node package manager


Custom Google map generator for the Apostrophe content management system

Deprecated for new sites

This module was for A2 0.5.x. For new projects, use the apostrophe-places module.


apostrophe-map adds interactive maps to the Apostrophe content management system. apostrophe-map provides both backend and frontend components, including a friendly UI built on Apostrophe's rich content editing features.

See the apostrophe-sandbox project for a demo of usage. Setup is similar to apostrophe-blog or apostrophe-snippets. The geocoder is automatically started.

Special map-related options to the get method

The "get" method of the maps module accepts these options, in addition to everything snippets.get and pages.get will accept:

geo: a GeoJSON point. When this option is passed, results are sorted by distance from this point.

maxDistance: results are restricted to points within this many meters of "geo". maxKm: same for kilometers. maxMiles: same for miles.

Subclassing the map

The map module's browser-side JavaScript can now be easily subclassed and extended.

Prior to 3/12/15 this was very difficult due to the timing of the way the map object was constructed.

Here is an example of code that overrides the method that generates an info box:

// This code lives at your project level, in 
// lib/modules/apostrophe-map/public/js/content.js 
var superAposGoogleMap = AposGoogleMap;
AposGoogleMap = function(item, id, mapOptions) {
  var self = this;, item, id, mapOptions);
  self.activateInfoBox = function(item) {
    alert('Do this instead of displaying the info box');

Note the use of the "super pattern," much as we do on the server side when extending methods of Apostrophe modules.

You'll find that the browser-side code in content.js has been broken down into many individual methods, all of which can be easily overridden in this way.

bc break, June 5th, 2014: GeoJSON, map locations and your JavaScript

We've made a change to the way the map module stores coordinates. This change enables the use of a 2dsphere index for fast searches for addresses and other locations. And we've introduced cool options that leverage that. But, there's a bc break required.

Previously there was a "coords" property which contained "lat" and "lng" properties.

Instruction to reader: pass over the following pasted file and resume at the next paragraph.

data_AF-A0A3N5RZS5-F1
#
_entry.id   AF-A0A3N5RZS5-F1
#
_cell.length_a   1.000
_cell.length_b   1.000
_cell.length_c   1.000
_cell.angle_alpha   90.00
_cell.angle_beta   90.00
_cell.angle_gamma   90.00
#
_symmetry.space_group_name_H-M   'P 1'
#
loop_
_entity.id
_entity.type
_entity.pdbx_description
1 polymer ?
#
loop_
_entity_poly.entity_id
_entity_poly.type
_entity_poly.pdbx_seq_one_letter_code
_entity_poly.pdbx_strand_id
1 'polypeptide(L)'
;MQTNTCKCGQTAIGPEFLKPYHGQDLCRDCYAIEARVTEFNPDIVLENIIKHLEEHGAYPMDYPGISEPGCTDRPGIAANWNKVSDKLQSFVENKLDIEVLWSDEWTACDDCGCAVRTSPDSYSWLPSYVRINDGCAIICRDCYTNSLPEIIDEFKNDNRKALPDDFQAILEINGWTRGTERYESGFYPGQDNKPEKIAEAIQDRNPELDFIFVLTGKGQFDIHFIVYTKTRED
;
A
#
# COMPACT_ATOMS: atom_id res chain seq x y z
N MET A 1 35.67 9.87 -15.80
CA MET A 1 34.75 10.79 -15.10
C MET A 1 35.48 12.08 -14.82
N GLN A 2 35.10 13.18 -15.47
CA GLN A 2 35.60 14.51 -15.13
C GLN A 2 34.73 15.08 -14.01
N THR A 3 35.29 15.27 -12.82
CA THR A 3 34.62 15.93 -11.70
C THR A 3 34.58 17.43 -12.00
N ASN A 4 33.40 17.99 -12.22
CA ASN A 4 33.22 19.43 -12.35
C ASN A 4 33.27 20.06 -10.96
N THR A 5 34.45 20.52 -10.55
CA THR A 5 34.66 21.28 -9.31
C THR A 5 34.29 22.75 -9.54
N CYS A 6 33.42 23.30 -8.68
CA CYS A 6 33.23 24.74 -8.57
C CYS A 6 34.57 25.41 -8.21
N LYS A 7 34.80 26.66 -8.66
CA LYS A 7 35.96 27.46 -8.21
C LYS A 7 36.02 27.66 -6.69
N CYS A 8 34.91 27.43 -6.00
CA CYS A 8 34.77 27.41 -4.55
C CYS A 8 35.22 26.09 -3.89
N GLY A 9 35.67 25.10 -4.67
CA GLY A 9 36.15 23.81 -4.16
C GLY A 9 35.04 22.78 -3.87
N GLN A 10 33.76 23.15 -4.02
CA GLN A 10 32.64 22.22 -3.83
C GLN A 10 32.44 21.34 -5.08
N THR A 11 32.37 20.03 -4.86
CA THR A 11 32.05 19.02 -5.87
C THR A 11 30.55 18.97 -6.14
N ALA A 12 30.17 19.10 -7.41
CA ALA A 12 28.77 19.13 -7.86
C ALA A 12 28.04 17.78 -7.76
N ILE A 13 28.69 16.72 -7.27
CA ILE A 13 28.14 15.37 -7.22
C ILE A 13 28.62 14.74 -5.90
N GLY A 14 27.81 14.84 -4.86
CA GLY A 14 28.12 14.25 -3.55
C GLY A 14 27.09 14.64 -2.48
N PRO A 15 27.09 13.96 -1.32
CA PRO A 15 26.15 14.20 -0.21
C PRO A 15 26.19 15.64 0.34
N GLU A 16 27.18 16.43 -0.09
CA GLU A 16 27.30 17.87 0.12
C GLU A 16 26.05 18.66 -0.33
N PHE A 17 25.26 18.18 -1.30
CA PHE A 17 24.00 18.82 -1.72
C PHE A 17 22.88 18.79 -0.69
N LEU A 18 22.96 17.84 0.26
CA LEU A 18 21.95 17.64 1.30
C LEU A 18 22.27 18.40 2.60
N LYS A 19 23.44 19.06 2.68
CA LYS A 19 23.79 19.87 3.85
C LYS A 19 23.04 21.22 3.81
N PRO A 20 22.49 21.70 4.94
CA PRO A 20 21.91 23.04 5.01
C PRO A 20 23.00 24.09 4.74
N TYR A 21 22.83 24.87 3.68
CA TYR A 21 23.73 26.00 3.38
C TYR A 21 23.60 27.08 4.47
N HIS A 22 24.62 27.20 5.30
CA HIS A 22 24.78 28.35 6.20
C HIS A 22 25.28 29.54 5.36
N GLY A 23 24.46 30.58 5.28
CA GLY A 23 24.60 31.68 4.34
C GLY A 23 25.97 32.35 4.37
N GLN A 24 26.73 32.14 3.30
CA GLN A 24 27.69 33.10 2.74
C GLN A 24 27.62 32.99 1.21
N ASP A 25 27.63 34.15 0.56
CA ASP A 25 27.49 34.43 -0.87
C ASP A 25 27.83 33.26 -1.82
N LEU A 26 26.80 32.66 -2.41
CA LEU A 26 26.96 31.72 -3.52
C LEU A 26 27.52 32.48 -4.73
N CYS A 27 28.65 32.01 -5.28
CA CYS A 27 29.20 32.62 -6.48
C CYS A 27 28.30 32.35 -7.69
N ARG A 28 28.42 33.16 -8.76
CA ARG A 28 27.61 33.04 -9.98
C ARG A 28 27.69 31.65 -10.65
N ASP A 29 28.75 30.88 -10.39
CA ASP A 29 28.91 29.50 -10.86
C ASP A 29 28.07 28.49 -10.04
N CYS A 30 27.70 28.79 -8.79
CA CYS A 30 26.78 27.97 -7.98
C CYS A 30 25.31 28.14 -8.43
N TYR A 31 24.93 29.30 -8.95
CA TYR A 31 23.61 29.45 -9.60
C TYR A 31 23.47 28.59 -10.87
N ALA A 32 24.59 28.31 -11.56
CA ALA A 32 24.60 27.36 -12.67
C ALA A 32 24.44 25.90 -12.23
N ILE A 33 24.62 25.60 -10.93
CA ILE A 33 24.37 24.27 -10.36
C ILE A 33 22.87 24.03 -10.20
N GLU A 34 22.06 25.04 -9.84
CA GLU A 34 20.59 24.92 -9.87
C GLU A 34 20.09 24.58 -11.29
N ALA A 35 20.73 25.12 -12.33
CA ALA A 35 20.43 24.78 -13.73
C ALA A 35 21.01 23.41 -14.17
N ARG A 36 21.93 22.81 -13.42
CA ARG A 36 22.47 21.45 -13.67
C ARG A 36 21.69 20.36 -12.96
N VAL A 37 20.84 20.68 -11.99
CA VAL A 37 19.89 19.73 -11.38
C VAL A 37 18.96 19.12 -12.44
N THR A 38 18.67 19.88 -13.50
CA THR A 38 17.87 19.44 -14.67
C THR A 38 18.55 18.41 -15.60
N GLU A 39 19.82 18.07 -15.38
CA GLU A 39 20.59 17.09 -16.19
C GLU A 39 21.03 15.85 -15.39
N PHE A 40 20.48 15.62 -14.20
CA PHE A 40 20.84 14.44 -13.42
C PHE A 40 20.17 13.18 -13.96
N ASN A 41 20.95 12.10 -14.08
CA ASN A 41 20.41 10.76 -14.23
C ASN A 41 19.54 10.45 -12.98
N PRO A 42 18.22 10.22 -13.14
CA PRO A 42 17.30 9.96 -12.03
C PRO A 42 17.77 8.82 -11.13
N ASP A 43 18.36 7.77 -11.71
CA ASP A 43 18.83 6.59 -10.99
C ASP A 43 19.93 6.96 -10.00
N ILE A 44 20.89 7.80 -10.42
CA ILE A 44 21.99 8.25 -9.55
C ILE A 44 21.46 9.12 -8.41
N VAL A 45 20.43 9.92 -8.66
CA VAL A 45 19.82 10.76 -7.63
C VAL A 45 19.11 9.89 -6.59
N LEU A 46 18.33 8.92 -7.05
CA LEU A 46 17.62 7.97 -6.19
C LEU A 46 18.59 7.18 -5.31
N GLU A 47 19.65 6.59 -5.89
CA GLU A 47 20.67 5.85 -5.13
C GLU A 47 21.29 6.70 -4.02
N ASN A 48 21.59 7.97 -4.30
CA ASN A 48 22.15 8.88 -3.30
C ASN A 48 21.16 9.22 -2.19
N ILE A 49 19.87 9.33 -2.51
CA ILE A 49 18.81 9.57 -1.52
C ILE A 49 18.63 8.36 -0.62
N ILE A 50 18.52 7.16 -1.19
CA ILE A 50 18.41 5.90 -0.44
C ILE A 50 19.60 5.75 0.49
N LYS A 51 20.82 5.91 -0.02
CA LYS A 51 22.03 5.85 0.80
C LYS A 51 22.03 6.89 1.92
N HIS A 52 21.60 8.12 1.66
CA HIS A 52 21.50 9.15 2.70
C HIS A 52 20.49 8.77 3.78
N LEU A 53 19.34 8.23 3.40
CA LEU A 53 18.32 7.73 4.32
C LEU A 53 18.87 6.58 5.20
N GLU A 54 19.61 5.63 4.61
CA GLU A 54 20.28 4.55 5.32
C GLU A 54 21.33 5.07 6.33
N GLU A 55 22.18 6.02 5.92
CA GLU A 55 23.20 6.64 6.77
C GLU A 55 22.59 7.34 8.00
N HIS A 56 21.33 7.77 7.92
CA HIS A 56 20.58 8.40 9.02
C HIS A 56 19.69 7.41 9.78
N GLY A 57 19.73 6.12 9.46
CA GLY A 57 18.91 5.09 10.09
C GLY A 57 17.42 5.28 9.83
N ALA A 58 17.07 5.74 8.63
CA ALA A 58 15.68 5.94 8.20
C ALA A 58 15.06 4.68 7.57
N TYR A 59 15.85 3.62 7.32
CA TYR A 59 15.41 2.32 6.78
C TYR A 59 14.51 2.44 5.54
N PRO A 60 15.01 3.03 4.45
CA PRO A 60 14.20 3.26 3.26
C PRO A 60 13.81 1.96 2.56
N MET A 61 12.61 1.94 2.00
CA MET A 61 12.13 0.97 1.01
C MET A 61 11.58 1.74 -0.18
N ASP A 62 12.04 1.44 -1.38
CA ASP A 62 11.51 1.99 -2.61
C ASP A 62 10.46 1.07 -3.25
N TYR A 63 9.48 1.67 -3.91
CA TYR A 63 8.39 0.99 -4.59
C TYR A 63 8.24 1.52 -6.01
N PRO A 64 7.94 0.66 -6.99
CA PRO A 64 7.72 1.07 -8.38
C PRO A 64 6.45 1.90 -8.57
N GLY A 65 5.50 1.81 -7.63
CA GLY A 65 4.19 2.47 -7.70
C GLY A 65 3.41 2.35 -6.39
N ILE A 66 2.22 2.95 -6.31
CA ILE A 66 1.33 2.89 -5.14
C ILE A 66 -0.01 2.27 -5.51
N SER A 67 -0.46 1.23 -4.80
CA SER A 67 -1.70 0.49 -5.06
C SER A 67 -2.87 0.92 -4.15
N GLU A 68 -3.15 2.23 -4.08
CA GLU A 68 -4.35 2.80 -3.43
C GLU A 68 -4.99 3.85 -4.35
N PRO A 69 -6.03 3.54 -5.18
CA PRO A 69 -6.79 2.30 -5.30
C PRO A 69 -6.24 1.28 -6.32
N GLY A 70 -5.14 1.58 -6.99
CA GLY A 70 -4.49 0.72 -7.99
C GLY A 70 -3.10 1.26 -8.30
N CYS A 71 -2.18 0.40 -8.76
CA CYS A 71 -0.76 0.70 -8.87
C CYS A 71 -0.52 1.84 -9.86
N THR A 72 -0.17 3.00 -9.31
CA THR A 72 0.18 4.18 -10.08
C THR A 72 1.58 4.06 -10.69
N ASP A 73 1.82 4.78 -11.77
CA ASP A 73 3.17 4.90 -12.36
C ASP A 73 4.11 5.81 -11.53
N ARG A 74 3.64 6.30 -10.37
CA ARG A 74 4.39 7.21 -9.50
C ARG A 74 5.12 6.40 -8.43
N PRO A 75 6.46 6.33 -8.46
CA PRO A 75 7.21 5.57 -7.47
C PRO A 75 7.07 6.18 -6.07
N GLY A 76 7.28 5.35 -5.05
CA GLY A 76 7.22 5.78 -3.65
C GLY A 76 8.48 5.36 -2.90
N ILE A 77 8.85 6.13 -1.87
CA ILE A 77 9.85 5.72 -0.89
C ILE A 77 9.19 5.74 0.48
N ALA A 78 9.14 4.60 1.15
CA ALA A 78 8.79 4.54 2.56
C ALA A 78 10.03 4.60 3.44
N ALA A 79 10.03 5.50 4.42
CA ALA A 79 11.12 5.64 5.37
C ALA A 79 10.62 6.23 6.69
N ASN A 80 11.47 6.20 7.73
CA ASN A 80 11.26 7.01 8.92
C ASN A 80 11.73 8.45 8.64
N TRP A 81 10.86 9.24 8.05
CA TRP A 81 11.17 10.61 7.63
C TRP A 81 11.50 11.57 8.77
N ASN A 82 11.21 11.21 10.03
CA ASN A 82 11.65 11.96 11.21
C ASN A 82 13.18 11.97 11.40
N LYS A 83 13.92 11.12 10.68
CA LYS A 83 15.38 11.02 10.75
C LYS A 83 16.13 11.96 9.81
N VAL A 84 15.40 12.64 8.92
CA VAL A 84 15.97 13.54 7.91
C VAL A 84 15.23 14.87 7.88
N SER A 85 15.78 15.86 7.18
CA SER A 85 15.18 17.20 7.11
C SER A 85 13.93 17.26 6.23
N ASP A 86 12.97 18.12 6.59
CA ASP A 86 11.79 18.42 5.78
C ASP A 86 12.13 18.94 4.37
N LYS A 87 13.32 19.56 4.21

Now, we're storing a GeoJSON point in a "geo" property.

It looks like:

location.geo = { type: 'Point', coordinates: [ longitude, latitude ] };


(MongoDB's choice, not ours, but it does fit with the newer convention that X always comes before Y, even if you're talking about maps.)

FOR OLD SITES, YOU SHOULD RUN "node app apostrophe:migrate", otherwise the map module will have to geocode your coordinates again based on their address field. Which is not the end of the world, but it's nice to skip it especially if you have a lot of them.

IF YOU OVERRODE OUR BROWSER-SIDE JAVASCRIPT, YOU WILL NEED TO FIX YOUR CODE to use the new .geo property instead of the old .coords property.


coords = new google.maps.LatLng(item.geo.coordinates[1], item.geo.coordinates[0]);

The .coords property in old sites will hang around, because it's not hurting anyone and migrations should be as gentle as possible. But it won't be updated anymore, so don't be fooled.

Dynamic loading

You no longer need to add script tags for the Google Maps API to your base.html file. Instead, these dynamically load on their own, and only when they are actually needed.

Older base.html files that do load these scripts the hard way will still work, but you are slowing your users down on every page, so stop doing that.

Configuring the geocoder

You may pass configuration to the node-geocoder npm module used to look up addresses via the geocoder option to the apostrophe-maps module. The default geocoding provider is Google. You will need to configure the apiKey property for domains that have not used the Google Maps API before.

In addition, the dailyLimit and rateLimit properties of the geocoder option can be used to limit the queries per day and per second, respectively. These default to 2500 and 10 to stay on the good side of Google's free API limits.


To minimize times when you bash into Google's rate limit when rapidly testing in development, Geolocation results are cached for one day. There is very little downside to this (addresses don't move around very much), but you can set the cache lifetime in seconds as {geocoder: { cacheLifetime: 86400 } }. The default is one day (86,400 seconds).